China uses drones to stop students from cheating on college entrance exams
Authorities work to combat sophisticated cheating methods during high-stakes exam
China's high-stakes gaokao university entrance exams have spawned creative and increasingly sophisticated forms of cheating among teens.
Last month, 23 people were arrested for trying to "arrange cheating" before the exam period began, according to The Associated Press, and hundreds more have made headlines for hiring "exam surrogates," buying James Bond-esque spy gear, and even for wearing fingerprint film to pass machine checks as other students.
Authorities are well aware of the lengths students will go to for a great exam score — the measure that determines whether or not students will go to college and be able to land a decent job — but cheating has been hard to police alongside the rapidly evolving world of digital communications.
Enter the robots.
On Sunday, more than nine million high school graduates began the annual days-long examination after months of studying, stressing, and travelling with their parents to test-administration sites.
Those tested in Luoyang, Henan province, were joined by six-propeller drones designed to monitor them from above for signs of cheating.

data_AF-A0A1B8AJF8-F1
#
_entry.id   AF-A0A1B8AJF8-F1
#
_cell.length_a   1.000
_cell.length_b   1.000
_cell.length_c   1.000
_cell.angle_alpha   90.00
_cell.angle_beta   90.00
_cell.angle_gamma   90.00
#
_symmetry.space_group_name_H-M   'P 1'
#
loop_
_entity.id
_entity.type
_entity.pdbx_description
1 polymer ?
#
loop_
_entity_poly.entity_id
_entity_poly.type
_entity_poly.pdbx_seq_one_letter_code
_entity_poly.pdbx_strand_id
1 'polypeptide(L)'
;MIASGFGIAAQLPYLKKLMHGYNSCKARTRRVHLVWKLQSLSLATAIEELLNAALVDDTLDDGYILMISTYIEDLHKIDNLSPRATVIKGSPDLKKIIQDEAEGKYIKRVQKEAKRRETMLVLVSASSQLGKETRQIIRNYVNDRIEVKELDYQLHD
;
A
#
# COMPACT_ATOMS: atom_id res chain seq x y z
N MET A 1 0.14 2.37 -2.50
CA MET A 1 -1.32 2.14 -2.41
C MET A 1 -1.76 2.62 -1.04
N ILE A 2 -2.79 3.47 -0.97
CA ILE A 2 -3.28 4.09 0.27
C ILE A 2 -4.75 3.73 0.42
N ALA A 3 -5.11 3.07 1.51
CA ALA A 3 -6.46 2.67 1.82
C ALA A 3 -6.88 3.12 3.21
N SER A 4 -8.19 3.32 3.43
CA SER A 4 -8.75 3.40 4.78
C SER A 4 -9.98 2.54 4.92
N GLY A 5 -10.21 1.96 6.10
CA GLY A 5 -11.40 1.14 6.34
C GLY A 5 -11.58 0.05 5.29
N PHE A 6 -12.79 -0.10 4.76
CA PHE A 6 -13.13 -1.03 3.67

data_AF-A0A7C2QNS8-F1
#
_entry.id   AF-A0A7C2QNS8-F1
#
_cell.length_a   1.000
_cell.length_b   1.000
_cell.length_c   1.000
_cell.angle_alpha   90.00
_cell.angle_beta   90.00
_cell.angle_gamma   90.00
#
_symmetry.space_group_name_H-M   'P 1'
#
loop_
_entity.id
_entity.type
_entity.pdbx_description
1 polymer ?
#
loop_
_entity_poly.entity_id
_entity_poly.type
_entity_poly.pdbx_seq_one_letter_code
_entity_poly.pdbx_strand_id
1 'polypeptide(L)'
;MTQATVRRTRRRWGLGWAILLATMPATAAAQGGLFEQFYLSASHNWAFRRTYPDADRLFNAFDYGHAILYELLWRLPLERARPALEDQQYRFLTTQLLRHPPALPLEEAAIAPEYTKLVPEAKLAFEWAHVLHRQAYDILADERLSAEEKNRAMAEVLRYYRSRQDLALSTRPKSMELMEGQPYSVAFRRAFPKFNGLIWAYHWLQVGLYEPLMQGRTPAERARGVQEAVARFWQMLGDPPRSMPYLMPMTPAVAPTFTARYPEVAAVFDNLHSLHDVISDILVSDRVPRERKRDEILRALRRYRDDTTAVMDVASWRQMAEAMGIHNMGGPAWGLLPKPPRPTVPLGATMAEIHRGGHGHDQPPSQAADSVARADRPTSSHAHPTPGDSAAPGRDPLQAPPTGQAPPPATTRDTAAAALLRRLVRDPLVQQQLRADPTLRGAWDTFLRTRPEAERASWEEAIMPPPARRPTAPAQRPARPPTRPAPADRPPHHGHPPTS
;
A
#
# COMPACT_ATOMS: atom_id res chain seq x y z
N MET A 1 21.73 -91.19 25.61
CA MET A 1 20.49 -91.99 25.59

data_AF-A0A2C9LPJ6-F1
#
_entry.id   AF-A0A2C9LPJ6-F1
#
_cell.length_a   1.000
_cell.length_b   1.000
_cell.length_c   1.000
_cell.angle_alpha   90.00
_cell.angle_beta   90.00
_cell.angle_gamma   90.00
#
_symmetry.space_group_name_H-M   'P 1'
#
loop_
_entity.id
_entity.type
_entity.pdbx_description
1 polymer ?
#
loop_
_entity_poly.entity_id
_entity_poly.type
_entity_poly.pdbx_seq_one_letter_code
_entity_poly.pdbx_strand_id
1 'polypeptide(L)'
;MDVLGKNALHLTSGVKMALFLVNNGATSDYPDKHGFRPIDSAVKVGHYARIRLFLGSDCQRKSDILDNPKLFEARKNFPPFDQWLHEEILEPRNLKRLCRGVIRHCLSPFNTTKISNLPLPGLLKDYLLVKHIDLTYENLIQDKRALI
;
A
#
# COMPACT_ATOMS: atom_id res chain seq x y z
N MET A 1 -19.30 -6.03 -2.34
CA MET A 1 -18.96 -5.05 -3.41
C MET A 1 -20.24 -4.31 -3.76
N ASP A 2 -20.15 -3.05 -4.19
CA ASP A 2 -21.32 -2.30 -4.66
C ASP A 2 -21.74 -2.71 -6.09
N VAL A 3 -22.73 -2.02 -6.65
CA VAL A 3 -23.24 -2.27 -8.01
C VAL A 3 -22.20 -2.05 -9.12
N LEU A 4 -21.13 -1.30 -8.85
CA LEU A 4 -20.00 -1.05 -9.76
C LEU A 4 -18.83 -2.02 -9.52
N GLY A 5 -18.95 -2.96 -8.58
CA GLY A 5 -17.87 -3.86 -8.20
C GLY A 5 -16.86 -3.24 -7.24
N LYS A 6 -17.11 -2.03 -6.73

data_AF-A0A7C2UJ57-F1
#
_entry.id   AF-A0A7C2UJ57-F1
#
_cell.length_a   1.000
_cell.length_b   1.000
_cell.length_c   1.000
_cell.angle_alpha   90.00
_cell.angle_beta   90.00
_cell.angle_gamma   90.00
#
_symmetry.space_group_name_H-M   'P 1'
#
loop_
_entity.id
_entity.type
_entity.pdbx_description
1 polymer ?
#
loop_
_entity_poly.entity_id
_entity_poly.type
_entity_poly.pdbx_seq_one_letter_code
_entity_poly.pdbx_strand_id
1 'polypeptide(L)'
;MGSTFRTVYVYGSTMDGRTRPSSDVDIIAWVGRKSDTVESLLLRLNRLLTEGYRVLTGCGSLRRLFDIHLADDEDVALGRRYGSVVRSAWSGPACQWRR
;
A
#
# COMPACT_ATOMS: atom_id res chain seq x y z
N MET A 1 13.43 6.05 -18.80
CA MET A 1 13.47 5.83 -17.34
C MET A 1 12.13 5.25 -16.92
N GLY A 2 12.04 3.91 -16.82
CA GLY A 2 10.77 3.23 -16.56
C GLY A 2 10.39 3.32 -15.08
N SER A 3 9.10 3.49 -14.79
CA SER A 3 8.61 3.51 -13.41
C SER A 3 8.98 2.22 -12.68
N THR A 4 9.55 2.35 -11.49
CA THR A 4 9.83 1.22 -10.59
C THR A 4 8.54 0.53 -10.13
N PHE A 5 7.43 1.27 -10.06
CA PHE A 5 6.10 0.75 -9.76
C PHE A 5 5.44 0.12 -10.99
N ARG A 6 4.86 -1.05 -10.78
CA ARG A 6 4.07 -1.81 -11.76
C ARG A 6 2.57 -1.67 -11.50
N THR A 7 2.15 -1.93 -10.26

The flying bots are equipped with scanners to detect any signals emanating from, or being sent to, someone inside the examination building — whether through hidden ear pieces, picture-taking pens that can transmit messages, or devices like the Apple Watch (which, like mobile phones, is strictly forbidden).
No such signals have been detected this year so far, but if they are, the drone would transmit real-time information to test proctors with tablets on the ground.
Citing an official government newspaper, AP reported that each drone cost hundreds of thousands of yuan (tens of thousands of dollars) to make. Each drone is as big as a gas station pump when extended.
Many blame China's cheating problem on the intense pressure thrust upon students ahead of their all-important university entrance exam.
"The gaokao is seen as a make-or-break opportunity, especially for those from poorer families, in a country where a degree is essential for a good job," writes the BBC.
CNN says that doing well on the exams is "the only way to get into college. Failure means no degree, poorer job prospects and possibly a life of regret."